City Council plans to hold its first meeting in more than a month Tuesday, April 14, albeit in a slightly less than traditional manner.
Council and city staff members will gather at 7 p.m. in the council chambers, but sit at least 6 feet apart to comply with social distancing guidelines. The meeting itself will be closed to the public, as City Hall and other municipal buildings remain closed to the public through April 30, but it will be streamed live on the city’s website at www.bcnv.org/191/City-Council-Meeting-Live-Stream-Video.
Comments and questions about the agenda can be submitted during the meeting or in advance.
According to Lisa LaPlante, communications director, the preferred method is to submit comments via an online public comment form available at http://www.bcnv.org/council.
Residents also may call before the meeting and leave a message at 702-293-9210 or call the council chamber’s conference line at 702-589-9629 during the meeting’s public comment session.
All comments will be included in the meeting’s public record.
“The work of the city is critical to moving us forward beyond this pandemic,” said Mayor Kiernan McManus. “Prioritizing safety has been the primary objective of staff since the pandemic started. This streaming solution — paired with opportunities to comment online or over the phone — should work well for our residents.”
For those who do not have access to a computer, the Elaine K. Smith Building, 700 Wyoming St., will be open to the first nine people who arrive. Those attending also will be required to sit 6 feet apart and can only comment by using their cellphones to call in to the meeting.
City Clerk Lorene Krumm said her office has been working with the IT department to develop a way to continue to hold council meetings.
The council last met March 10 and all city-related meetings were canceled March 17 after a state of emergency was declared and Gov. Steve Sisolak issued a directive regarding public gatherings and encouraging people to stay at home.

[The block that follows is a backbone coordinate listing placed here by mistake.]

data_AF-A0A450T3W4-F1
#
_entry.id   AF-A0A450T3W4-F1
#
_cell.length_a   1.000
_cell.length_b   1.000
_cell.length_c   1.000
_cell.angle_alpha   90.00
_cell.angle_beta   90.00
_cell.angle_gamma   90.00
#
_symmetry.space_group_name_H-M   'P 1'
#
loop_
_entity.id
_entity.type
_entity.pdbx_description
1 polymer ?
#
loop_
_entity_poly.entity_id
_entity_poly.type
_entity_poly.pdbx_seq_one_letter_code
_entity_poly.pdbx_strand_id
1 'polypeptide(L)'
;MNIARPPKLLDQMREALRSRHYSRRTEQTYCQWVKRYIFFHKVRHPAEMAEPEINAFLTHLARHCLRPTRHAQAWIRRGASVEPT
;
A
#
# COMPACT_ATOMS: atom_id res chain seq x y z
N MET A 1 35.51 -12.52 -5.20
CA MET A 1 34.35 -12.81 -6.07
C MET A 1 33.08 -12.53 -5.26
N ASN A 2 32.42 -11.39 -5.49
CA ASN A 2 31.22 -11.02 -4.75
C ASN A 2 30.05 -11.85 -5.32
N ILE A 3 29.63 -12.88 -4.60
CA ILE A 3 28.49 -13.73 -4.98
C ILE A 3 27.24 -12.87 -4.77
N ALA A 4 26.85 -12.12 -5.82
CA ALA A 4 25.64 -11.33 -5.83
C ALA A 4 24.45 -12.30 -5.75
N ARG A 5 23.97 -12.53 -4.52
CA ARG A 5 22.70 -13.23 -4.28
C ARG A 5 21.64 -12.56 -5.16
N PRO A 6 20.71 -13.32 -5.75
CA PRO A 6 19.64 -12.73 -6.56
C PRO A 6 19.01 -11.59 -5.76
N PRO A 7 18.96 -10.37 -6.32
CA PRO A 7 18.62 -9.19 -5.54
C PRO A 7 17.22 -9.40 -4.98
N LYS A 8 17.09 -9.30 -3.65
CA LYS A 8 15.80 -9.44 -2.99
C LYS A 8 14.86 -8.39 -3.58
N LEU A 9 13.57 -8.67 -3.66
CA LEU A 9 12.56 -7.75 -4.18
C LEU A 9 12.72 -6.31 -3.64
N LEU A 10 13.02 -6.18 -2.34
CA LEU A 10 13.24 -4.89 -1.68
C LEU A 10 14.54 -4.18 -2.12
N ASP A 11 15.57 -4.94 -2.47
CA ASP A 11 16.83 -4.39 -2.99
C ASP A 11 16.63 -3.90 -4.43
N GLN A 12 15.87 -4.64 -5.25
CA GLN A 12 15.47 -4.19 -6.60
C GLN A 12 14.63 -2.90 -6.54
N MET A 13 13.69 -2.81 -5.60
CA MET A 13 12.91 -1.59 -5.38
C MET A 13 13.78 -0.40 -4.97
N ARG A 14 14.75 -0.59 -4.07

“Our goal is to avoid some of the issues other communities have experienced, such as applications crashing during meetings, asking users to download programs and dealing with hackers,” Krumm said. “We looked at several options and determined a solution that utilizes existing equipment and should be easy for everyone to use.”
On the agenda for Tuesday’s meeting are several bill introductions as well as ratification of the recent state of emergency declaration. There will also be updates on the city’s strategic plan and capital projects.
Additionally, there is an item for staff to seek appraisals for three small parcels of land in the Eldorado Valley west of Boulder Solar Power 1 to use for energy-related development for Silver Peak Solar.
Council will also discuss a resolution to ratify standards at the Boulder City Municipal Airport for handling and storing aviation fuel.
In addition to resuming meetings, the city will submit its tentative 2021 fiscal year budget to the state Wednesday, April 15. The final budget will be approved by council in May.
“The tentative budget will be submitted by April 15 as required,” said Finance Director Diane Pelletier. “The final budget will be submitted for approval during the second council meeting in May.”
Hali Bernstein Saylor is editor of the Boulder City Review. She can be reached at firstname.lastname@example.org or at 702-586-9523. Follow @HalisComment on Twitter.